Wednesday, November 02, 2005

When Winter Comes

More links and extracts lifted, with permission, from Uma Mahadevan-Dasgupta's Indian Writing

Here is
South Asia Earthquake Fact Sheet No 19, dated 31 October 2005:Close to 3 million homeless. According to Unicef, 17000 children died in the quake. Between 1.6 and 2.2 million children have been affected.
Here is Medicins Sans Frontieres' earthquake relief report
the treatment of wounds and fractures appears to be slightly
decreasing, MSF is worried that the health of thousands of homeless and
vulnerable people will deteriorate rapidly due to exposure and food
shortages. MSF teams are distributing winterized tents, blankets and
relief items such as cooking and hygiene kits, but at the moment,
limits on logistical capacity in the difficult mountainous terrain is
insufficient to get enough people adequate shelter before winter hits
in a few weeks time.
Here is an interview with the UN Humanitarian Area Coordinator:
countries still believe that it is a classic natural disaster which in
most instances has two phases. One is search and rescue, the most
intensive first 96 hours after the disaster, then a little bit of
relief and then the second phase - reconstruction and rehabilitation.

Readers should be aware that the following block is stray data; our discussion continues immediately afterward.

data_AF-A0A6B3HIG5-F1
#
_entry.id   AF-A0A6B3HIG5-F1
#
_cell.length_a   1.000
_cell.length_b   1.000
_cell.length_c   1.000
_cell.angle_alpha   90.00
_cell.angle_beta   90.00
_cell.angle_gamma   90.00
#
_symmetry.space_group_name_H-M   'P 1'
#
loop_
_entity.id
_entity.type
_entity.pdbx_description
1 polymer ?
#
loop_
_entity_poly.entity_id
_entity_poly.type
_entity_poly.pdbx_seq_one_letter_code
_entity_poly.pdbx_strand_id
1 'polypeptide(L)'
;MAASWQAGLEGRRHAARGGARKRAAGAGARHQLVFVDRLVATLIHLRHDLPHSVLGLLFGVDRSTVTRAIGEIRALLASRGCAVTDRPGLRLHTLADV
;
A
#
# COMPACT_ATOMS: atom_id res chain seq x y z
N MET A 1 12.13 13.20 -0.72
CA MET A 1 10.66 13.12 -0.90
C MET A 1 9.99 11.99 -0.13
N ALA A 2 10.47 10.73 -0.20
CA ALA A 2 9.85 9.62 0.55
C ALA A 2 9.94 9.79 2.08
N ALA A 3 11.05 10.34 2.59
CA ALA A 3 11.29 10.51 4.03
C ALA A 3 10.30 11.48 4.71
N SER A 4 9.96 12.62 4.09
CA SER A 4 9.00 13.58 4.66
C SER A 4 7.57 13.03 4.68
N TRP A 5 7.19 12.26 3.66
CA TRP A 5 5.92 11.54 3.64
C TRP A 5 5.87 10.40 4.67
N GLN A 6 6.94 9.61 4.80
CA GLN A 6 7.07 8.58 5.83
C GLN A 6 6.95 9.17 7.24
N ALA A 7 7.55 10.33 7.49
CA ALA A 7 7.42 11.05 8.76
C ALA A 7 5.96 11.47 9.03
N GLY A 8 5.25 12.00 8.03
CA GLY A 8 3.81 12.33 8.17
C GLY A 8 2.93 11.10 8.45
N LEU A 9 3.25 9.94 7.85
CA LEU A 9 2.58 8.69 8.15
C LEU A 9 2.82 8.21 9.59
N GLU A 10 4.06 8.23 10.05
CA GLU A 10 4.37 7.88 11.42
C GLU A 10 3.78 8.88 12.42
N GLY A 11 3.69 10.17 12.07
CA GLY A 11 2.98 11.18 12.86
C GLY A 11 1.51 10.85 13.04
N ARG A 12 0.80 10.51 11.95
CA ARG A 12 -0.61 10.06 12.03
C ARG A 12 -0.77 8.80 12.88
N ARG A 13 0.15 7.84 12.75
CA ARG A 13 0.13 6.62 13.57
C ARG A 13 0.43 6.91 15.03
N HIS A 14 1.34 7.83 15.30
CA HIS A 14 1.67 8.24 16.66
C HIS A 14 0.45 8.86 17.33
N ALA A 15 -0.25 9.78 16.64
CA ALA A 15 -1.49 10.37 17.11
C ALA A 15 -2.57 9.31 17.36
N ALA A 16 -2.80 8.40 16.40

Here because of the disaster and the magnitude of that, we see
dramatically increased vulnerability of people, which never happened
before as a result of a natural disaster, at least in recent years.
Nobody remembers this kind of situation...

I think if anyone
wants to deliver a lecture on natural disasters, this quake would be
the best example because everything that could have gone wrong, went
wrong. Any difficulty you can imagine is there. What makes it
especially difficult is the dramatic increase in vulnerability of large
groups of people living in a huge territory with very difficult access
and harsh climatic conditions...

Maybe part of the difficulty is
that the images do not allow you to understand the magnitude. If you
see a couple of villages completely destroyed - and you realise that
each village may have about 500 to 1,000 people - the human brain
probably does not calculate or doesn't multiply it to see the sheer
magnitude of that.

I wanted to tell you that I flew over the
Neelum Valley. I saw with my own eyes, flying sometimes very low and by
stopping. From 90 to 100 percent of housing was destroyed. And in most
instances, if not all, 100 percent of the population does not have
housing at all. Even if a building is still there, then it is

Q: With the onset of winter, what are primary concerns at this point?

A: Funding.

Q: What will happen if donors simply don't respond? Will you scale back your activities in any way?

A: Yes. We'll scale down and phase out.
If we haven't already given, please let's give what we can.

Please go here for Unicef's statement, appeal, pictures from the first tent school, and online donation facility.

This Diwali, this Eid, please help save the children.
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